Among the components crated up and sent to Redmond are a handful of failed servers and related cables. The researchers think this hardware will help them understand why the servers in the underwater datacenter are eight times more reliable than those on land. The team hypothesizes that the atmosphere of nitrogen, which is less corrosive than oxygen, and the absence of people to bump and jostle components, are the primary reasons for the difference. If the analysis proves this correct, the team may be able to translate the findings to land datacenters.

“Our failure rate in the water is one-eighth of what we see on land,” Cutler said.“I have an economic model that says if I lose so many servers per unit of time, I’m at least at parity with land,” he added. “We are considerably better than that.”

“We have been able to run really well on what most land-based datacentres consider an unreliable grid,” said Spencer Fowers, a principal member of technical staff for Microsoft’s Special Projects research group. “We are hopeful that we can look at our findings and say maybe we don’t need to have quite as much infrastructure focused on power and reliability.”

Cutler is already thinking of scenarios such as co-locating an underwater datacentre with an offshore windfarm. Even in light winds, there would likely be enough power for the datacentre. As a last resort, a powerline from shore could be bundled with the fibre optic cabling needed to transport data.

Other sustainability related benefits may include eliminating the need to use replacement parts. In a lights-out datacentre, all the servers would be swapped out about once every five years. The high reliability of the servers means that the few that fail early are simply taken offline. In addition, Project Natick has shown that datacentres can be operated and kept cool without tapping freshwater resources, Cutler noted. “Now Microsoft is going down the path of finding ways to do this for land datacentres,” he said.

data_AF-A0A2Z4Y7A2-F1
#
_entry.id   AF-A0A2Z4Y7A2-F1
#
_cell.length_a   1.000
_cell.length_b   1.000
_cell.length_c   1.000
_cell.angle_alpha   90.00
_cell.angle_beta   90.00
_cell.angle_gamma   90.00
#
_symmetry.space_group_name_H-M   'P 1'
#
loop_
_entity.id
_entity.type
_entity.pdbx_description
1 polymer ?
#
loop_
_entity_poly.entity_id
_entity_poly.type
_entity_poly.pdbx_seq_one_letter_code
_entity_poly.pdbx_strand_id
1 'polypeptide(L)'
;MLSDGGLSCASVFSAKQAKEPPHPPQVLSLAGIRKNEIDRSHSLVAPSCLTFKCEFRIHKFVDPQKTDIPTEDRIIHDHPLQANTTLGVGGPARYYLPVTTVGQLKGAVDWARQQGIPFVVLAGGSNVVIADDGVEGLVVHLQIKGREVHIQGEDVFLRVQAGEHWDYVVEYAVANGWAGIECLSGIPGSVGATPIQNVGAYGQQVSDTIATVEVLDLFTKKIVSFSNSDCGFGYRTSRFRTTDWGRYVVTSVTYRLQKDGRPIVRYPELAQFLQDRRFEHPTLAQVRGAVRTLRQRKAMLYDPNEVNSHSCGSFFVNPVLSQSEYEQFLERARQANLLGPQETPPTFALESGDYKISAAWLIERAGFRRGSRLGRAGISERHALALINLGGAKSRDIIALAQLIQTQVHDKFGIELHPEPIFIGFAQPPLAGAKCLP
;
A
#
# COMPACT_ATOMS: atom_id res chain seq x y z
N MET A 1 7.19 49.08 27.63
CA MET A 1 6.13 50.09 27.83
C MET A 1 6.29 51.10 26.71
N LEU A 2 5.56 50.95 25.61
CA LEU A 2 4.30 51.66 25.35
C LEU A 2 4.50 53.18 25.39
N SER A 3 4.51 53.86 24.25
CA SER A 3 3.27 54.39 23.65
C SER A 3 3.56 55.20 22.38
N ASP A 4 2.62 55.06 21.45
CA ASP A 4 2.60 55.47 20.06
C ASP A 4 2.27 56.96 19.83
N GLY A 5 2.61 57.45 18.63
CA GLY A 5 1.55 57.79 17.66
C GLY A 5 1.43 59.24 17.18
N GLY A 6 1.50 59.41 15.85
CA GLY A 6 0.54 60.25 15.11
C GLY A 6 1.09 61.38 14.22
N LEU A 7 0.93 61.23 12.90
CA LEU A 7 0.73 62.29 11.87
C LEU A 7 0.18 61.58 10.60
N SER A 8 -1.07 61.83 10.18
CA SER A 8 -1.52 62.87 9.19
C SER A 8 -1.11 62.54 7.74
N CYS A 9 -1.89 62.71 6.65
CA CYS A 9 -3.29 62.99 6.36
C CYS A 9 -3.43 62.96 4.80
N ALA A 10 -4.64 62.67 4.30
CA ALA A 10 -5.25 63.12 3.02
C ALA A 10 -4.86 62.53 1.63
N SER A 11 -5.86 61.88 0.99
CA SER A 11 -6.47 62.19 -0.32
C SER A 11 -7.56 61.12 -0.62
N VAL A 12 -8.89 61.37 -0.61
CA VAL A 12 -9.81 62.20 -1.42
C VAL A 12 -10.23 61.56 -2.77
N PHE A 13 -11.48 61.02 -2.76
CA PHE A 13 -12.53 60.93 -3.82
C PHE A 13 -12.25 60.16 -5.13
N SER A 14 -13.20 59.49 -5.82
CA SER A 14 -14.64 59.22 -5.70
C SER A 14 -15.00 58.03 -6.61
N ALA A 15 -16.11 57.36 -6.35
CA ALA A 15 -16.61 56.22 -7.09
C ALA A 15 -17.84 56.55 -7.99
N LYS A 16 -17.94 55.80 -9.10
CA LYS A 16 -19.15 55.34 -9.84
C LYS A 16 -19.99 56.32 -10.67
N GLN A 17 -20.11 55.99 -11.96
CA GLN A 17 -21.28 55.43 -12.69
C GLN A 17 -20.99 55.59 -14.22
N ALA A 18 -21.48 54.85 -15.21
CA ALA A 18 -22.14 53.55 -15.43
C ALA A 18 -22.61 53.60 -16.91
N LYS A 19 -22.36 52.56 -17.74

Early conversations about the potential future of Project Natick centered on how to scale up underwater datacenters to power the full suite of Microsoft Azure cloud services, which may require linking together a dozen or more vessels the size of the Northern Isles.

“As we are moving from generic cloud computing to cloud and edge computing, we are seeing more and more need to have smaller datacentres located closer to customers instead of these large warehouse datacentres out in the middle of nowhere,” said Fowers.

Next: Post-quantum encryption

That’s one of the reasons Chappell’s group in Azure is keeping an eye on the progress of Project Natick, including tests of post-quantum encryption technology that could secure data from  sensitive and critical sectors. The ability to protect data is core to the mission of Azure in multiple industries.

“The fact that they were very quickly able to deploy it and it has worked as long as it has and it has the level of encryption on the signals going to it combines to tell a pretty compelling vision of the future,” said Chappell.

Related datacentre articles 

Other articles on eeNews Power 

If you enjoyed this article, you will like the following ones: don't miss them by subscribing to :    eeNews on Google News


Linked Articles